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Litter box problems are among the most frustrating issues for cat owners. The good news is, by following a few tried-and-true guidelines, you can set your cat up for a lifetime of good litter-box habits.
“I’ve always felt like the term ‘litter training’ is a little bit of a misnomer because cats are naturally clean animals who want to cover their waste,” says Hannah Shaw, the Kitten Lady,” kitten rescuer, humane educator and author of the book Tiny But Mighty. “All we have to do is create the right circumstances for them to succeed.”
The key is to make the litter box easy for your cat to find and inviting to use. “The instinct to bury or hide waste, as well as not eliminating near sleeping or eating areas, is instinctual for cats,” says Jessica Watson, team lead — Cat World, certified animal training and enrichment professional with Best Friends Animal Society. “Most of the time, cats will gravitate to a litter box.”
Ready to be trained? As your cat’s human, these litter box training tips are musts.
Cats want to be comfortable when they are going to the bathroom (don’t we all?). Adult cats need a big box: at least one and a half times their length. For kittens, it’s OK to start out with a large box, but one with a low side or ramp for easy access. Keep the litter level somewhat shallow (about 2 inches deep).
The more boxes you have, the more likely that your cat will use them. This is especially important in multi-cat homes. Have one box per cat, plus one extra for good measure, and place them in different parts of the house.
Place boxes in quiet areas a short distance from where your cat spends most of her time. Humans like to keep litter boxes in out-of-the-way spots, but if the box is too far away, or located in a loud or scary place like the laundry room or garage, your cat might choose to eliminate somewhere else. “If the litter box is the closest and best option for covering her waste, she will choose it,” Hannah says.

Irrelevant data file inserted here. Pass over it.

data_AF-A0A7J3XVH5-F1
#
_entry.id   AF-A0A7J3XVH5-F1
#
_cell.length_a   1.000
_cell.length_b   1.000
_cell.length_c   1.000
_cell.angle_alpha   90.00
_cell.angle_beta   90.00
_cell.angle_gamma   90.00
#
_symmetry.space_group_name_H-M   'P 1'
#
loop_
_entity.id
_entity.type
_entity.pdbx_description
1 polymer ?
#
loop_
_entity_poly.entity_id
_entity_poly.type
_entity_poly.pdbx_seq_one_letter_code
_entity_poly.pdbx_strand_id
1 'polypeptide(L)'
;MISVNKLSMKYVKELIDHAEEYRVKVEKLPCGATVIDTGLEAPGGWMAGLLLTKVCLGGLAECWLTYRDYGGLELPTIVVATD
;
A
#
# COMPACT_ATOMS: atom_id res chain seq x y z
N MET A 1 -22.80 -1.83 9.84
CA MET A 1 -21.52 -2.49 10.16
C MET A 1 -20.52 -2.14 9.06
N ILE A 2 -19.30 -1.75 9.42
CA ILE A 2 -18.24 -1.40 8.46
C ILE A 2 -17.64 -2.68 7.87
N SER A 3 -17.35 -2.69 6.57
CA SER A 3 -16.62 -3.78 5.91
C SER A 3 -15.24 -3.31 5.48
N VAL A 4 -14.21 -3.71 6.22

Many types of cat litter are available. Some cats will use anything, but others are more particular. A safe bet is to use an unscented, soft, clumping litter, like OKOCAT Super Soft Clumping Wood Unscented Cat Litter ($19.99, Chewy). If you want to experiment, put the new litter in one box and the old in another and see if your cat has a preference.
Some cats like to dig deeply when burying their waste. Start with 2 to 3 inches of litter, but add more if your cat frequently digs bare patches in the bottom of the box.
When you first bring home a new kitten, take her straight to the litter box and put her in so she knows where to find it. Reinforce this by taking her back a few times a day for the first few days.
“If you catch your kitten in the act of going outside the box, pick her up and relocate her to the box,” Jessica says. “Then she can finish her business in the proper place.”
Hannah recommends restricting kittens to a smaller space at first so they don’t have to search high and low to find a box. “Eliminate other areas that might appeal to the kitten’s desire to cover her waste, like piles of laundry on the floor,” she says.
Since cats are naturally clean animals, it’s not surprising that they don’t like using a dirty box. (Think of you how feel when you find an unflushed toilet!) Scoop solid material from the box at least once a day. Twice a day is even better.
Every week, dump all the litter and wash the box well with soap and water. Dry completely, then refill it with fresh litter. Alternatively, use plastic litter box liners — simply toss the bag and litter weekly, then replace with a new bag and fresh litter.
“If you find the mess after the fact, the only thing you can do is clean it up,” Jessica says. “If you try to scold the [cat or] kitten, he won’t know why you are upset. Animals live in the moment.” If it’s poop, Jessica recommends picking it up and placing it in the box because cats are more inclined to eliminate in a place where they see or smell poop and pee.
Hannah recommends taking note of where the accident happened to figure out what the cat is telling you. “If you’ve put the box in the center of a wall, and the kitten pees in the corner, she’s telling you, ‘I would prefer my box to be in the corner,’” she says. “If she poops in a room that doesn’t have a box, she might be telling you she needs more boxes.”
If your cat is going outside the litter box, always get her checked out by your vet. “If a cat who normally uses the litter box starts eliminating inappropriately it is often a warning sign of a medical or emotional issue,” Jessica says.
When you consider how long it takes to potty-train human babies, litter training a kitten is a breeze. “Kittens typically can learn to use the box fairly quickly, maybe up to a month,” Jessica says. “Remember to be patient.”
A few mistakes don’t mean she’s not getting the idea. The same holds true for an adult cat getting used to a new home and new litter box arrangement. If you’ve followed the golden rules, your cat is likely to adjust quickly.
Featured Image: arayuschij | Getty Images